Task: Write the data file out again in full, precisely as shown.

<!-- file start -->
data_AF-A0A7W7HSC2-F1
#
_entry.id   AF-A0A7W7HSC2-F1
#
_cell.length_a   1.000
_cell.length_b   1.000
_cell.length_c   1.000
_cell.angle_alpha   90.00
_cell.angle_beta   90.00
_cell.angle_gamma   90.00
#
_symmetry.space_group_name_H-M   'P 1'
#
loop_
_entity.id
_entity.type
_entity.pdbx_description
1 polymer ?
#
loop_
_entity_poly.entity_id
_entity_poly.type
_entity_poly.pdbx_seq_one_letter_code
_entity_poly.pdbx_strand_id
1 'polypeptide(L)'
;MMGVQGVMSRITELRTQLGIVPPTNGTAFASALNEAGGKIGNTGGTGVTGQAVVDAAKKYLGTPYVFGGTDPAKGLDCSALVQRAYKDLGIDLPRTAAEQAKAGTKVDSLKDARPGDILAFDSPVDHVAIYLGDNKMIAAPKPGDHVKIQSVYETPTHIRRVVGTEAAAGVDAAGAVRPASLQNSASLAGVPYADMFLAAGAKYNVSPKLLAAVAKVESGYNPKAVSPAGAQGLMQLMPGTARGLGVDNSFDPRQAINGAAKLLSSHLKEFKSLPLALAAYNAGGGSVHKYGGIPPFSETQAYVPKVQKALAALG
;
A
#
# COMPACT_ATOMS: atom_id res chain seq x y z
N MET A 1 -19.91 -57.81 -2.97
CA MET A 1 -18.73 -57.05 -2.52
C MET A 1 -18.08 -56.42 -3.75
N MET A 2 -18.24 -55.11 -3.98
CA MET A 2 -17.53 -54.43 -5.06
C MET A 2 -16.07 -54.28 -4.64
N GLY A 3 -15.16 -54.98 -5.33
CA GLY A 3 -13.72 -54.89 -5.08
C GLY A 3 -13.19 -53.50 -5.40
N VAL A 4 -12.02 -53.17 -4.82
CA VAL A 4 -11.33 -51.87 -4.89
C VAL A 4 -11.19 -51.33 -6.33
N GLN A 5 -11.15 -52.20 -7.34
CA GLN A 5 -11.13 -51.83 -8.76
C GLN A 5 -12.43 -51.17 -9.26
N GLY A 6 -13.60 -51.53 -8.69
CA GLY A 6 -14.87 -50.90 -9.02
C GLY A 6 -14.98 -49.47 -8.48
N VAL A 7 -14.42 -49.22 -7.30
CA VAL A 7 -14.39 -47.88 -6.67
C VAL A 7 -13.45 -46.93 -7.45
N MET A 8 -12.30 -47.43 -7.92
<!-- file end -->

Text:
data_AF-A0A7W7HSC2-F1
#
_entry.id   AF-A0A7W7HSC2-F1
#
_cell.length_a   1.000
_cell.length_b   1.000
_cell.length_c   1.000
_cell.angle_alpha   90.00
_cell.angle_beta   90.00
_cell.angle_gamma   90.00
#
_symmetry.space_group_name_H-M   'P 1'
#
loop_
_entity.id
_entity.type
_entity.pdbx_description
1 polymer ?
#
loop_
_entity_poly.entity_id
_entity_poly.type
_entity_poly.pdbx_seq_one_letter_code
_entity_poly.pdbx_strand_id
1 'polypeptide(L)'
;MMGVQGVMSRITELRTQLGIVPPTNGTAFASALNEAGGKIGNTGGTGVTGQAVVDAAKKYLGTPYVFGGTDPAKGLDCSALVQRAYKDLGIDLPRTAAEQAKAGTKVDSLKDARPGDILAFDSPVDHVAIYLGDNKMIAAPKPGDHVKIQSVYETPTHIRRVVGTEAAAGVDAAGAVRPASLQNSASLAGVPYADMFLAAGAKYNVSPKLLAAVAKVESGYNPKAVSPAGAQGLMQLMPGTARGLGVDNSFDPRQAINGAAKLLSSHLKEFKSLPLALAAYNAGGGSVHKYGGIPPFSETQAYVPKVQKALAALG
;
A
#
# COMPACT_ATOMS: atom_id res chain seq x y z
N MET A 1 -19.91 -57.81 -2.97
CA MET A 1 -18.73 -57.05 -2.52
C MET A 1 -18.08 -56.42 -3.75
N MET A 2 -18.24 -55.11 -3.98
CA MET A 2 -17.53 -54.43 -5.06
C MET A 2 -16.07 -54.28 -4.64
N GLY A 3 -15.16 -54.98 -5.33
CA GLY A 3 -13.72 -54.89 -5.08
C GLY A 3 -13.19 -53.50 -5.40
N VAL A 4 -12.02 -53.17 -4.82
CA VAL A 4 -11.33 -51.87 -4.89
C VAL A 4 -11.19 -51.33 -6.33
N GLN A 5 -11.15 -52.20 -7.34
CA GLN A 5 -11.13 -51.83 -8.76
C GLN A 5 -12.43 -51.17 -9.26
N GLY A 6 -13.60 -51.53 -8.69
CA GLY A 6 -14.87 -50.90 -9.02
C GLY A 6 -14.98 -49.47 -8.48
N VAL A 7 -14.42 -49.22 -7.30
CA VAL A 7 -14.39 -47.88 -6.67
C VAL A 7 -13.45 -46.93 -7.45
N MET A 8 -12.30 -47.43 -7.92